5 Simple Solutions for Your Laundry Troubles
What to do when a simple wash isn’t enough.
Though you’ve probably done enough loads to consider yourself a laundry expert, sometimes a blouse or a set of curtains comes along with a stain so stubborn that it makes you rethink everything you thought you knew. Luckily there are real experts, and they're here to solve your biggest laundry troubles.
Despite drying my comforter with a tennis ball, the down is still clumped and not evenly distributed. — Simone, via e-mail
THE FIX: Rewash it, but skip the soap. Then dry it on low heat for a longer time with a tennis ball (or two) wrapped in socks. Down that isn't fully dry—or totally rinsed of detergent residue—can set in clumps, says Karin Sun, a cofounder of the luxury bedding brand Crane & Canopy (craneandcanopy.com). If you don't have large-capacity machines, you may want to haul the comforter to the Laundromat. (A queen or king size needs tumbling space for even distribution.) While drying, pull out the duvet every 30 minutes or so to shake it and massage out developing clumps. Be patient: Duvets take at least three to four hours to dry. To prevent lumps, shake out weekly, and wash only once a year, says Shannon Maher, an assistant professor of home-product development at the Fashion Institute of Technology, in New York City.
"When I wash my sheets, they twist into a rope." — Carolyn, via e-mail
THE FIX: Launder each set of sheets separately (not the whole family's sheets all at once). Also, include smaller garments, like underwear and tees, in each load, says Stephanie Hutaff, the director of product marketing for laundry care at Bosch. Long items can intertwine as they move with the flow of the circulating water, says Donna Smallin Kuper, the author of The One-Minute Cleaner. But if you mix in small pieces of fabric, which have different tumble patterns, the load will tend not to entangle. Besides the annoyance factor, twisted sheets can rip if the material winds too tightly, especially around the agitator in a top-loading machine, and stubborn wrinkles that won't come out in the dryer can set in. Always wash sheets on a gentle cycle to reduce the agitation, and never cram them into the machine. Shake them out first and place them in loosely.
"My clothes pill and collect lint every time I put them through the washer and dryer." — Cher, via e-mail
THE FIX: Sort laundry strategically to prevent fuzz from proliferating. Wash major lint producers (towels, terry-cloth robes) in one load, medium lint producers (corduroys, fleece jackets, sweaters) in another, and low lint producers (jeans, dress shirts, exercise gear, T-shirts) in a third, says Jim Kirby, the chief fabric-testing analyst for the Drycleaning & Laundry Institute, in Laurel, Maryland. To lessen pilling, turn clothing inside out, use the gentle cycle, and be careful not to over-stuff the machine. (Fill to only 80 percent capacity.) Set the dryer at a low temperature, and remove clothes as soon as they're dry. The friction of dry fabrics rubbing against one another creates additional fuzz balls, says Dean Brindle, the director of laundry-product marketing at Samsung. After every load, clean the lint filter, and—if you're really ambitious—wipe down the interiors of the washer and the dryer with a damp cloth. This step staves off lint buildup in the machines.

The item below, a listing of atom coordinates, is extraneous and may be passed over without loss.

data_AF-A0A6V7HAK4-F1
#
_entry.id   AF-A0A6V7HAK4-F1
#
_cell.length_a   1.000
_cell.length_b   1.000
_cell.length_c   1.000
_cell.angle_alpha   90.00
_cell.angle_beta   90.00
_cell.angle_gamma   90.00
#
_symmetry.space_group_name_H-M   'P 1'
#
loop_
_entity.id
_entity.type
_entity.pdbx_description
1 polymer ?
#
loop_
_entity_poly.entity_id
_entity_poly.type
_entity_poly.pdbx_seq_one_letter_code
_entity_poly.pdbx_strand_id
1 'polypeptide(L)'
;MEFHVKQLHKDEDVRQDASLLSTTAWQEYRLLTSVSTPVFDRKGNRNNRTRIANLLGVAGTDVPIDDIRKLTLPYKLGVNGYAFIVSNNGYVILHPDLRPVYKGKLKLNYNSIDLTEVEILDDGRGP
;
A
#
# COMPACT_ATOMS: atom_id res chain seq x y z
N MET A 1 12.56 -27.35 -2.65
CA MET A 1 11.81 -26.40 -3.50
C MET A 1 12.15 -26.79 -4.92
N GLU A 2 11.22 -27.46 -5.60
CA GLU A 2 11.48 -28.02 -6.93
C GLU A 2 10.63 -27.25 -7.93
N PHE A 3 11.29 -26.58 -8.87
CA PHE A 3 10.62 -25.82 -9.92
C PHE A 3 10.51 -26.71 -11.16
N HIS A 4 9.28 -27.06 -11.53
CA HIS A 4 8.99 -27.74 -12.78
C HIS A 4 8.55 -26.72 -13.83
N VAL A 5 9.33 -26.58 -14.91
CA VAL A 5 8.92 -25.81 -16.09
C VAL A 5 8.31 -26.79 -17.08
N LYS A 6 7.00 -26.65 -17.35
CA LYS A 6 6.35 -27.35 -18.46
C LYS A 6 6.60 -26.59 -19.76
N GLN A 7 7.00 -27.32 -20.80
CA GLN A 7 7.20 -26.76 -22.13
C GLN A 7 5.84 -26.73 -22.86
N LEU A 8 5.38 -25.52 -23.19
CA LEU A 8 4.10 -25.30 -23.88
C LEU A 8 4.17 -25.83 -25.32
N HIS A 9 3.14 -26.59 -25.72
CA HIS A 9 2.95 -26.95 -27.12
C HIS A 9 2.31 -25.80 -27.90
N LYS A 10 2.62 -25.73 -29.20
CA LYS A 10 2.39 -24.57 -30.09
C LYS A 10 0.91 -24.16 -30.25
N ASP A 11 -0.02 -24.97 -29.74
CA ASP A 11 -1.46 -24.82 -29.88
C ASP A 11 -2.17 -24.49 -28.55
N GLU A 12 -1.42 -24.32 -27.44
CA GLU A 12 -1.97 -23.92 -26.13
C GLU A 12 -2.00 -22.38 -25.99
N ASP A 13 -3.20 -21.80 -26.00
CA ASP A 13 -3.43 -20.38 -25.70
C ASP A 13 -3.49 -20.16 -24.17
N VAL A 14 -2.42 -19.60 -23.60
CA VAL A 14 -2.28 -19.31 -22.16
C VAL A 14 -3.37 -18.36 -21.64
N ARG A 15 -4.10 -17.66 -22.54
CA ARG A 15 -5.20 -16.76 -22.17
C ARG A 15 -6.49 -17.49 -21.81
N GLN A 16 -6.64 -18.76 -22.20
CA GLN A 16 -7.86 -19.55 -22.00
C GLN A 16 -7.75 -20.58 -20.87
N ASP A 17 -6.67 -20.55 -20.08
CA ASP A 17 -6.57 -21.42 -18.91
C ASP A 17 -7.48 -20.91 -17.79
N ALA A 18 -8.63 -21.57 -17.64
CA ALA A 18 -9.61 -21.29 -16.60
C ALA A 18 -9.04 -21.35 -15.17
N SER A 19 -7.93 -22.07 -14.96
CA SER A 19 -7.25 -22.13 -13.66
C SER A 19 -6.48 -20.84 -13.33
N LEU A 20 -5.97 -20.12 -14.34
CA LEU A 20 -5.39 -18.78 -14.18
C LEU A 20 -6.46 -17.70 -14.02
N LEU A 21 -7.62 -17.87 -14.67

"I don't use bleach, but my colored towels still come out of the wash covered with spots." — Luna, via e-mail
THE FIX: You probably only think you're not using bleach. "Many products we use in the bathroom, from shower cleaners to toothpaste to acne medication, contain bleaching agents," says Lorraine Muir, the director of textile testing for the Drycleaning & Laundry Institute, in Laurel, Maryland. "When you transfer these products from your hands to the fabric, and the fabric interacts with water, the material will stain." To avoid ruining new towels (alas, the spotted ones are a lost cause), inspect the bathroom for sneaky bleachers. Anything that claims to whiten, brighten, or disinfect or that contains benzoyl peroxide, hydrogen peroxide, sodium perborate, sodium percarbonate, or chlorine could be a culprit. Once you find the offenders, remember to wash your hands thoroughly after using them and to store colored towels somewhere safe from inadvertent spills and splashes. Or, for the ultimate in prevention, stock the bathroom with white towels only.
"I washed a shirt with a name-tag sticker on it and the glue left white flecks behind." — Mary, via e-mail
THE FIX: If the shirt is made of natural fibers, spread it out on a table and place a towel behind the stain; check that the glue is dry. Dab clear acetone nail-polish remover onto a cloth and rub it into the glue, says John Mahdessian, the president of Madame Paulette, a New York City dry cleaner. The white spots should vanish quickly. For synthetic fabrics, stick the shirt in the freezer for an hour to harden the glue, says Gwen Whiting, a cofounder of the Laundress line of cleaning products. Pick off what you can, then wet the shirt and rub it with a microfiber cloth and a little dish soap to remove any residue. Soak the garment in warm water for 20 minutes, then air-dry.
“My towels are stiff, even though I have soft water” — B. Wilkinson, via e-mail
THE FIX: Wash towels in hot water with only the recommended amount of detergent, and skip the liquid fabric softener, says Mary Marlowe Leverette, the laundry expert for About.com; The roughness could be from detergent residue. Still not soft? Add a cup of distilled white vinegar to the rinse cycle next time. It can break down leftover gunk.
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